Getting a positive test for the novel coronavirus 2019 (COVID-19) might feel overwhelming. With the proper steps, COVID-19 can be easily managed and overcome while protecting yourself and others. So even if you haven’t tested positive already, it’s a good idea to prepare. Make a plan. Think of it like getting ready for an approaching hurricane or other natural disaster.
Infected and Feeling Normal
First the good news. The U.S. Centers for Disease Control and Prevention (CDC) estimates that 40% of people who contract COVID-19 are completely asymptomatic. Since younger people are getting tested in greater numbers, this percentage could increase. The younger you are, the better your chance of not developing symptoms.
Even if you do, the odds are that it isn’t life or death. Those under 65 without any of the risk factors like obesity (BMI over 30), cancer, or a serious heart condition will most likely suffer nothing worse than a case of the flu.
The greater issue is how easily the virus spreads. COVID-19 was initially a silent killer, traveling undetected across the globe. Asymptomatic and pre-symptomatic spread has been the pandemic’s primary driver. This is why if you or a member of your household test positive for COVID-19, you must take certain steps to protect the community.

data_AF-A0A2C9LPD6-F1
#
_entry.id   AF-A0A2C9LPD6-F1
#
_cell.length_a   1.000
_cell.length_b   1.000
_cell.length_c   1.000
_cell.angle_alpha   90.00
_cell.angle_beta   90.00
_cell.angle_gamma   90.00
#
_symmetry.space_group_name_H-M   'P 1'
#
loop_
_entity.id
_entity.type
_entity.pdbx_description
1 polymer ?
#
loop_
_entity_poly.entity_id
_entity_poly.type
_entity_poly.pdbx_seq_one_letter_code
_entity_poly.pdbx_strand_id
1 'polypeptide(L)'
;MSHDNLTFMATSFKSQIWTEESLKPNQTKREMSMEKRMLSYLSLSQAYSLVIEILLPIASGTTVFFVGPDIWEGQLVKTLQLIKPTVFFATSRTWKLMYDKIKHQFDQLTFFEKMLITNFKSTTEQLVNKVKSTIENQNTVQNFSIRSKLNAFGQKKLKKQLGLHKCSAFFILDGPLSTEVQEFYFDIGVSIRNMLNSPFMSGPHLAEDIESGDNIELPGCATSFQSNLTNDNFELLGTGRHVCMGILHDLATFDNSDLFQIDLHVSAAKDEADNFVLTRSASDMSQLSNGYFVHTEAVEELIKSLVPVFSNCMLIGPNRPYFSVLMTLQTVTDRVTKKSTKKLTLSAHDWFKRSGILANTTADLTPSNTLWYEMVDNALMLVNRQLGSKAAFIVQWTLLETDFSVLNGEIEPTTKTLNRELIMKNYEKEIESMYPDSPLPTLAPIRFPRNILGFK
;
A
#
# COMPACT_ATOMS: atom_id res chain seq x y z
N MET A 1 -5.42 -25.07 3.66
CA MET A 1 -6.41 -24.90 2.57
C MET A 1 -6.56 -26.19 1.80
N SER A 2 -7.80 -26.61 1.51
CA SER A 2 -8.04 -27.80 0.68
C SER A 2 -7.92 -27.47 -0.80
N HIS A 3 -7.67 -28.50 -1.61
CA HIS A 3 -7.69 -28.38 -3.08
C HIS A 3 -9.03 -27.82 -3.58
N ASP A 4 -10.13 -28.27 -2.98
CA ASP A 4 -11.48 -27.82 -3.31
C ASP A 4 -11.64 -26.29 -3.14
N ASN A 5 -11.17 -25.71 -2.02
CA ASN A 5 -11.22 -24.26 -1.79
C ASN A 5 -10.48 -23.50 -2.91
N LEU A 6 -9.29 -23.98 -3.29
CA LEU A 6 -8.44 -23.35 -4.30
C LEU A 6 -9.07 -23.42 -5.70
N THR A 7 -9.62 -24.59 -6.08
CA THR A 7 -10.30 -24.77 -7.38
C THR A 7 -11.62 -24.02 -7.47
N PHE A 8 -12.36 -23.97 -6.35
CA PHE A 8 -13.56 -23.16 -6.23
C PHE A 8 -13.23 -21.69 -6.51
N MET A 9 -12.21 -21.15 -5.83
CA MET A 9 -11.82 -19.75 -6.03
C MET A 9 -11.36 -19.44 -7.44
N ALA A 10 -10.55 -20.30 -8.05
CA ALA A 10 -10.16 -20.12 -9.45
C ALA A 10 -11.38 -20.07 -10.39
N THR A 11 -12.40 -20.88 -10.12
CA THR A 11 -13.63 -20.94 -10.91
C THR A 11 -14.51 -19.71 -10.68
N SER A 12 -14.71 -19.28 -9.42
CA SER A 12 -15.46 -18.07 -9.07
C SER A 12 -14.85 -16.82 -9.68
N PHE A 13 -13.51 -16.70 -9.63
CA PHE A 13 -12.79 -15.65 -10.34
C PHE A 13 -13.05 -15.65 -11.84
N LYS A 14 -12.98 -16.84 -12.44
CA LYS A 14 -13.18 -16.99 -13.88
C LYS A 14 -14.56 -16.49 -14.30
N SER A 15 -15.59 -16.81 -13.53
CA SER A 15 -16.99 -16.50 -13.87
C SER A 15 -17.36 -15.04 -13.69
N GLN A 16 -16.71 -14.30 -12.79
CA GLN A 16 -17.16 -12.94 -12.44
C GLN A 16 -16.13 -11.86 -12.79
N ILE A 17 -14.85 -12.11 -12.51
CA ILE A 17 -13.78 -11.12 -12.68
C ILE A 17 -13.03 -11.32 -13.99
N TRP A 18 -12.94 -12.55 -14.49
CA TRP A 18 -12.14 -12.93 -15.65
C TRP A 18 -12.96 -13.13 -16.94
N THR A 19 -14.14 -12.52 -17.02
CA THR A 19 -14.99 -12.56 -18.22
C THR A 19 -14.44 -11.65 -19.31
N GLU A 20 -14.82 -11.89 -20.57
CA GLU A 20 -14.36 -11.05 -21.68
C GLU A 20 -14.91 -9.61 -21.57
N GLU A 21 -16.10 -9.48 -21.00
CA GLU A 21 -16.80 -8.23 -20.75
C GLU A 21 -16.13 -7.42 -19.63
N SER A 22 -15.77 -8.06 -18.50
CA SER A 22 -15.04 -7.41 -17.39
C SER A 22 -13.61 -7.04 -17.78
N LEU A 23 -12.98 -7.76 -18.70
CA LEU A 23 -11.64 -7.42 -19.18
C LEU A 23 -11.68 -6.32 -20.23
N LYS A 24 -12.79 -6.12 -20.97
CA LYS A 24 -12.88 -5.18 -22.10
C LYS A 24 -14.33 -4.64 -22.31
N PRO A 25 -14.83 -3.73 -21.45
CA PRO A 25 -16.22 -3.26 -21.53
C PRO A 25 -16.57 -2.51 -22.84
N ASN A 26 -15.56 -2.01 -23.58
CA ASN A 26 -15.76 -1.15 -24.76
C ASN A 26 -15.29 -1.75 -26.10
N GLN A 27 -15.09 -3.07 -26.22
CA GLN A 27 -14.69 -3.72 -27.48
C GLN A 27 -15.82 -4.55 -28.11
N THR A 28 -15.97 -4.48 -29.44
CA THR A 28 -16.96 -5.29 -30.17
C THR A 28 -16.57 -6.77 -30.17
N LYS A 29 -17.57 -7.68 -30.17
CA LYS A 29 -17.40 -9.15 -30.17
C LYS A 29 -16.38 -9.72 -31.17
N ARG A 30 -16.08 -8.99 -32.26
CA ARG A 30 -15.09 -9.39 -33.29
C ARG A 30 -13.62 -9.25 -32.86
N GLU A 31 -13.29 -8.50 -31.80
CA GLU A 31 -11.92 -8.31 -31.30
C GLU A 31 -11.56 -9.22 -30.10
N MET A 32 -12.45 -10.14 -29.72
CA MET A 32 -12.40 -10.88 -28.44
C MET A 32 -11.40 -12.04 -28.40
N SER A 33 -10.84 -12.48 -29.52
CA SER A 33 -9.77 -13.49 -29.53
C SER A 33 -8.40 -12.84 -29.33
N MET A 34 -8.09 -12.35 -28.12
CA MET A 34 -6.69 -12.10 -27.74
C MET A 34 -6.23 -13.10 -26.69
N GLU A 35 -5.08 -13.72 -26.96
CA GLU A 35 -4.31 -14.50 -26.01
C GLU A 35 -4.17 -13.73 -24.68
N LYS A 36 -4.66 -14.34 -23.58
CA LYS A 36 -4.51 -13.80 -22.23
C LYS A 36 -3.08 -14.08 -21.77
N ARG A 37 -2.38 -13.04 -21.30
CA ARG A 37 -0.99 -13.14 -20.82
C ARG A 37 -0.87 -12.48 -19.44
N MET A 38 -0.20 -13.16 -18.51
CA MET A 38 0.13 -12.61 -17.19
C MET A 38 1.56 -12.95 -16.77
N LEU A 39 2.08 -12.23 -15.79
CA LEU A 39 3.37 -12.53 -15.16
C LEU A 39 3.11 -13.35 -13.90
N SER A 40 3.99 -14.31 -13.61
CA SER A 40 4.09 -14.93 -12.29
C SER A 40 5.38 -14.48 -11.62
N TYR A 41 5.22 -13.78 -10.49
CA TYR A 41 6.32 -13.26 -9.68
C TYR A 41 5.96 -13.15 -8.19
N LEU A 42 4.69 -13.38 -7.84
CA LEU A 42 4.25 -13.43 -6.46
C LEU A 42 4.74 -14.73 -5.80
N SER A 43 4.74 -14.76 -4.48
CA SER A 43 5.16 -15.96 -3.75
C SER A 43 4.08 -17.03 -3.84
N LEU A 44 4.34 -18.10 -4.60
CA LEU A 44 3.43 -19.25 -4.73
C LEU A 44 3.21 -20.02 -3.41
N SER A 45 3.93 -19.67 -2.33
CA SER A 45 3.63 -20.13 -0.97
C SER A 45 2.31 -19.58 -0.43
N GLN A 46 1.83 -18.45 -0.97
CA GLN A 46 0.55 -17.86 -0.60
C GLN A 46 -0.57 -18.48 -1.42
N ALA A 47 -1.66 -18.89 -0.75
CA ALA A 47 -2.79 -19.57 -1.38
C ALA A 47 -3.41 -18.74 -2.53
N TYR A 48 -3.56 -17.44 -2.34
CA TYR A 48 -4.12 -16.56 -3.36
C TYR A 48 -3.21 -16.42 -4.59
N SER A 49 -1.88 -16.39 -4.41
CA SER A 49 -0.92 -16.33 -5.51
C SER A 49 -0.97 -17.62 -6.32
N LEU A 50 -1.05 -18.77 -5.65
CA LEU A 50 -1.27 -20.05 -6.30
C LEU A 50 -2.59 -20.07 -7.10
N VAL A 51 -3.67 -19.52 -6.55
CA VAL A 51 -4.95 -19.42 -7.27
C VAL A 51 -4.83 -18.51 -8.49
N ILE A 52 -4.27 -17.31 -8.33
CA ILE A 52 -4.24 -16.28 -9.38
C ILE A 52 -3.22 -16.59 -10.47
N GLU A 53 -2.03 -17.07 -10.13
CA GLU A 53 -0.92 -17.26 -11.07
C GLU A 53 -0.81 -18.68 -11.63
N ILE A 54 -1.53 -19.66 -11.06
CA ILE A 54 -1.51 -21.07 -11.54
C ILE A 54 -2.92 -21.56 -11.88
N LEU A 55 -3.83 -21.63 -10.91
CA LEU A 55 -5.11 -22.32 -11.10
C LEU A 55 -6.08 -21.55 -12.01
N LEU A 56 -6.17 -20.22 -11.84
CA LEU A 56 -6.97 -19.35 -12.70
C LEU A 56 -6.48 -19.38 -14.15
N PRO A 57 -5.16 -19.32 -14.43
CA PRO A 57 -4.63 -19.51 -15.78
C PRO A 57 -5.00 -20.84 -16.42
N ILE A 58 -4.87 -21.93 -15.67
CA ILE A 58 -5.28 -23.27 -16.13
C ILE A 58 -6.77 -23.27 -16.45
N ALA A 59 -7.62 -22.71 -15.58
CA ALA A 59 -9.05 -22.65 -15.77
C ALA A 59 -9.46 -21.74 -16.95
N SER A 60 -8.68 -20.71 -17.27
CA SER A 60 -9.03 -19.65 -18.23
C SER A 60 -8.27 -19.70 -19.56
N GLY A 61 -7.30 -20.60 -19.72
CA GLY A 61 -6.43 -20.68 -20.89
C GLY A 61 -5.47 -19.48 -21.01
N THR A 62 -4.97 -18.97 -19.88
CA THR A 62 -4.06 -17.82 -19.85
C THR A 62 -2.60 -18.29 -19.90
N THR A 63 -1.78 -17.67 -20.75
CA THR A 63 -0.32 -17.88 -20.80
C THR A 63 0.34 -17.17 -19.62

Stay-at-home orders and social distancing means you limit interactions to essential needs. Even important tasks like grocery shopping can be done online to reduce the risk of contracting and spreading COVID-19. Physical distancing means staying at least six feet away from people not in your household when you go to stores or exercise. After you or a household member test positive for COVID-19, you need to “self-quarantine.” Different from quarantines imposed by governments or the military, it means you need to “police” yourself and your household. You don’t leave your residence to shop, you don’t use public transportation, and you only go to a health care facility in the case of a medical emergency. These steps are important to stop the virus from spreading.